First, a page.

Original Article

The Fate of the Gallbladder in Patients Admitted to Bariatric Surgery


  • Mehmet Celal Kızılkaya
  • Serhan Yılmaz

Received Date: 11.12.2020 Accepted Date: 01.01.2021 Med Bull Haseki 2021;59(1):80-84


Obesity has become a rapidly increasing public health problem all over the world. Obesity itself is a risk factor for cholelithiasis, and the fast weight loss period after bariatric surgery is a situation that increases this risk. The fact that both obesity and surgical treatment of obesity increases the formation of stones in the gall bladder has made it even defendible that cholecystectomy should be performed routinely during the bariatric surgery at one stage, even if there is no cholelithiasis. In this study, we aimed to evaluate our gallbladder approach in patients who were decided to undergo bariatric surgery in our center, together with the literature reviews.


In our study, the data of 185 patients who underwent bariatric surgery due to obesity in the University of Health Sciences Kanuni Sultan Suleyman the in Istanbul Training and Research Hospital Clinic of, Department of General Surgery, between 2018 and 2020 were retrospectively obtained. A total of 185 patients were included in the study. The patients were divided into group 1 (sleeve gastrectomy) and Group 2 (gastric bypass) according to their operation techniques.


The average age was 36.43 ± 9.52, the ratio of women/men was 151 (81.6%)/34 (18.4%). Mean body mass index (BMI) was determined as 44.16±5.09. In the postoperative period, gallstones were formed in 27 (14.6%) patients, whereas gallstones were not detected in 158 (85.4%) patients. There was no significant difference between the groups in terms of postoperative gallstone formation.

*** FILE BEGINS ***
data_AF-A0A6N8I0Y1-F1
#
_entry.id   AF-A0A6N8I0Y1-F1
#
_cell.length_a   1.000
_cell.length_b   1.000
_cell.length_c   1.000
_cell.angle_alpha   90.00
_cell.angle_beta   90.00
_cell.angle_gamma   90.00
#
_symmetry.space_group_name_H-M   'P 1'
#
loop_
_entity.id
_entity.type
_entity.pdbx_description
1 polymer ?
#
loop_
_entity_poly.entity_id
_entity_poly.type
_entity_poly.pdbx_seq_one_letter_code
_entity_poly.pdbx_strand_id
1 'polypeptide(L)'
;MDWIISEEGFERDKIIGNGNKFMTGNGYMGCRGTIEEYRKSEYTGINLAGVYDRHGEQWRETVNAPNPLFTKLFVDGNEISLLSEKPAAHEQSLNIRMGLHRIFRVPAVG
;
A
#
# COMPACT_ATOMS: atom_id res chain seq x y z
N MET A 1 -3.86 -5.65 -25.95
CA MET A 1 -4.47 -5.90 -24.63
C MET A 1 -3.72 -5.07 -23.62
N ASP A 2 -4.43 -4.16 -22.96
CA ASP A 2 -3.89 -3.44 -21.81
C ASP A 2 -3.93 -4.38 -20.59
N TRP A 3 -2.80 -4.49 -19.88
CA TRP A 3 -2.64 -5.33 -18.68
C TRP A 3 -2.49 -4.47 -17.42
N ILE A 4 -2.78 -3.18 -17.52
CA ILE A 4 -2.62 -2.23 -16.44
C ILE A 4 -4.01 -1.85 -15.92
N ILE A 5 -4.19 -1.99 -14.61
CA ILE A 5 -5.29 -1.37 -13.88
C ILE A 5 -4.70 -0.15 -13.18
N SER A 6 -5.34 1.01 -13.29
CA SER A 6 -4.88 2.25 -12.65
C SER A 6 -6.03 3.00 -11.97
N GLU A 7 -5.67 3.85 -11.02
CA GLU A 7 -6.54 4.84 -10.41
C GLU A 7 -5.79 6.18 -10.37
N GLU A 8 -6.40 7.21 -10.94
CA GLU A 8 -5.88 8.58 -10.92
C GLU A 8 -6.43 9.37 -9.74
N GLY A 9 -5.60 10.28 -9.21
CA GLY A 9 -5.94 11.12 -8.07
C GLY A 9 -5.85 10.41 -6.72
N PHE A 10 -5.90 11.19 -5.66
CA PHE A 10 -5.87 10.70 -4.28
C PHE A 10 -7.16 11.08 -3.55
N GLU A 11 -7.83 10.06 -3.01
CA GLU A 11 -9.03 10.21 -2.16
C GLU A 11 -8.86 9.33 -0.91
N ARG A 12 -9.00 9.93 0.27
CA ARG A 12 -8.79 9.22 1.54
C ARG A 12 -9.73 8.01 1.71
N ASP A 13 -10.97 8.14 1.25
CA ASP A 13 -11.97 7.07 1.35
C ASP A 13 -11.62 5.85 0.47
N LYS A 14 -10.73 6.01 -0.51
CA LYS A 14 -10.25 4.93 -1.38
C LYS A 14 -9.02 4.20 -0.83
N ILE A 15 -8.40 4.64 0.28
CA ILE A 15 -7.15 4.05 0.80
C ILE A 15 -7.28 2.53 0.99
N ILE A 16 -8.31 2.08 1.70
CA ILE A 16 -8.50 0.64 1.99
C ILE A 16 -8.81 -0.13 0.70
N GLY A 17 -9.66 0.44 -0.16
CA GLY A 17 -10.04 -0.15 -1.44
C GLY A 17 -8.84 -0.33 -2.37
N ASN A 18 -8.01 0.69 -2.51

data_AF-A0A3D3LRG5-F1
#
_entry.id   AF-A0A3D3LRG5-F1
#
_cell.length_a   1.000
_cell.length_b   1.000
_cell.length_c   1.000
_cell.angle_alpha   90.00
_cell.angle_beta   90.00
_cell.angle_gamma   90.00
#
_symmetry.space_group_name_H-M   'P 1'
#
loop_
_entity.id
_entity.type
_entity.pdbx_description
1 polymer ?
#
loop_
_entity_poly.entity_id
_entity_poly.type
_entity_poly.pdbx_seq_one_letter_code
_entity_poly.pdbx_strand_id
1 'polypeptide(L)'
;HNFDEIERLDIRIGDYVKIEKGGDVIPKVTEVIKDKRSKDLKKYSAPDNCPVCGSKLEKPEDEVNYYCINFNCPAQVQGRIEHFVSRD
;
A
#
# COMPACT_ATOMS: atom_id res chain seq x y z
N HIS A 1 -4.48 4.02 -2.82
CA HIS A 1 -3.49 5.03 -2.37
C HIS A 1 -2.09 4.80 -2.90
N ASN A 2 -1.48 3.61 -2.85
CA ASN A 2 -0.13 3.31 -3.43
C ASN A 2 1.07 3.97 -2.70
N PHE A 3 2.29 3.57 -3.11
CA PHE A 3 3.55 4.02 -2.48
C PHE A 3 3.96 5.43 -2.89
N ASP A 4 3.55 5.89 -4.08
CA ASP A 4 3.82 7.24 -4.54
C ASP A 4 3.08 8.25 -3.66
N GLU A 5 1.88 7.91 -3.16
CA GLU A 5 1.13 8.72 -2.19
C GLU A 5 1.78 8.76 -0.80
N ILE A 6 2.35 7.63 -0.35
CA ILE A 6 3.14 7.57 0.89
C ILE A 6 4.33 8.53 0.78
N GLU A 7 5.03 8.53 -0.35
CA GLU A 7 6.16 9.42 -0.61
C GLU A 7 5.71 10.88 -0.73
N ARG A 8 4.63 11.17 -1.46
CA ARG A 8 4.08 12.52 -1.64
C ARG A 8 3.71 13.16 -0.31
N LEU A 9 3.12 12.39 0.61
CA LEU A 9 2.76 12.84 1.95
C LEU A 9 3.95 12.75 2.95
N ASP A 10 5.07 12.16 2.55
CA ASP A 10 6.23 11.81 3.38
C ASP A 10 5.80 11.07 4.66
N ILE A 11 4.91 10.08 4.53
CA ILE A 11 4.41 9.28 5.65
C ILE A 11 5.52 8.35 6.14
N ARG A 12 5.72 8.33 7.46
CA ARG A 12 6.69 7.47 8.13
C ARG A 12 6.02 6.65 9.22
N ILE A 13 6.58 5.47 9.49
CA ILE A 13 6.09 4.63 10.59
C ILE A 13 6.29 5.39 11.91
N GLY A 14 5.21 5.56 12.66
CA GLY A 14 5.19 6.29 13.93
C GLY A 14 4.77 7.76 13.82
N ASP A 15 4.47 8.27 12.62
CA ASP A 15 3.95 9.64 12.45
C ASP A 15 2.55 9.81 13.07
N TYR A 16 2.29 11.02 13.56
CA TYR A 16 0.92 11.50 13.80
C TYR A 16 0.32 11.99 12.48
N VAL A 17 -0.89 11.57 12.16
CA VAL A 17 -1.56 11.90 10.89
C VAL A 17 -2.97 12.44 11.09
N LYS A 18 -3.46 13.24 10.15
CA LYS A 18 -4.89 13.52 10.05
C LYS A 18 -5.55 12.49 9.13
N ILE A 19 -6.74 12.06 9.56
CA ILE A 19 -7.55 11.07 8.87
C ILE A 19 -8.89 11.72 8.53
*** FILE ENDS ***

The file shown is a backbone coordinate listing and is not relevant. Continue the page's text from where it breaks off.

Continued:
In the light of the literature and after our clinical experience, we do not require routine imaging of the gallbladder before bariatric surgery in asymptomatic patients, and we recommend performing concomitant cholecystectomy only in symptomatic patients.

Keywords: Obesity, bariatric surgery, cholelithiasis, cholecystectomy, gallstone


Obesity has become a rapidly increasing public health problem all over the world. This problem has serious consequences due to the comorbid diseases it brings. For this reason, many studies have been conducted on obesity treatment all over the world. Studies have shown that the gold standard in the fastest, permanent and long-term treatment of obesity is bariatric surgery (1). Bariatric surgical procedures such as Roux-en-Y gastric bypass (RYGB), laparoscopic sleeve gastrectomy (LSG), single anastomotic gastric bypass (OAGB), biliopancreatic diversion-duodenal switch (BPD-DS) and laparoscopic adjustable gastric band (LAGB) are the modern techniques used nowadays. It is a fact that bariatric surgery has benefits for the improvement of comorbid diseases (2).

In addition to all the benefits of these surgeries, there are also problems that may occur after surgery. One of these is the increased risk of gallstones formation, as stated in the literature (3). Obesity itself is a risk factor of cholelithiasis, and the period of rapid weight loss after bariatric surgery also increases this risk (4). The rate of cholelithiasis in the first year after bariatric surgery has been reported to be 35% (5).

Rapid weight loss causes an increase in bile cholesterol concentration, the major metabolic counterpart of cholesterol, which is the main reason for the formation of gallstones (6,7). Gallbladder hypomotility, increase in calcium secretion, impaired enterohepatic circulation of arachidonic acid derivatives, biliary mucin and bile salts also contribute to gallstone formation (8,9). As a result, after bariatric surgery, patients are at risk of developing stone complications such as biliary colic, acute cholecystitis, acute pancreatitis, and gallstone migration.

The risk of gallstone formation is very high in patients who have a high body mass index (BMI) before bariatric surgery and will lose weight in a short time after surgery (10).

For these reasons, there is no consensus in the literature regarding the investigation of gallstones with bariatric pre-surgical imaging, how to approach the gallbladder in patients with asymptomatic gallstones and in symptomatic patients, and there are various meta-analyzes regarding those above.

In this study, we aimed to evaluate our gallbladder approach in patients who were decided to have bariatric surgery in our center, together with the literature reviews.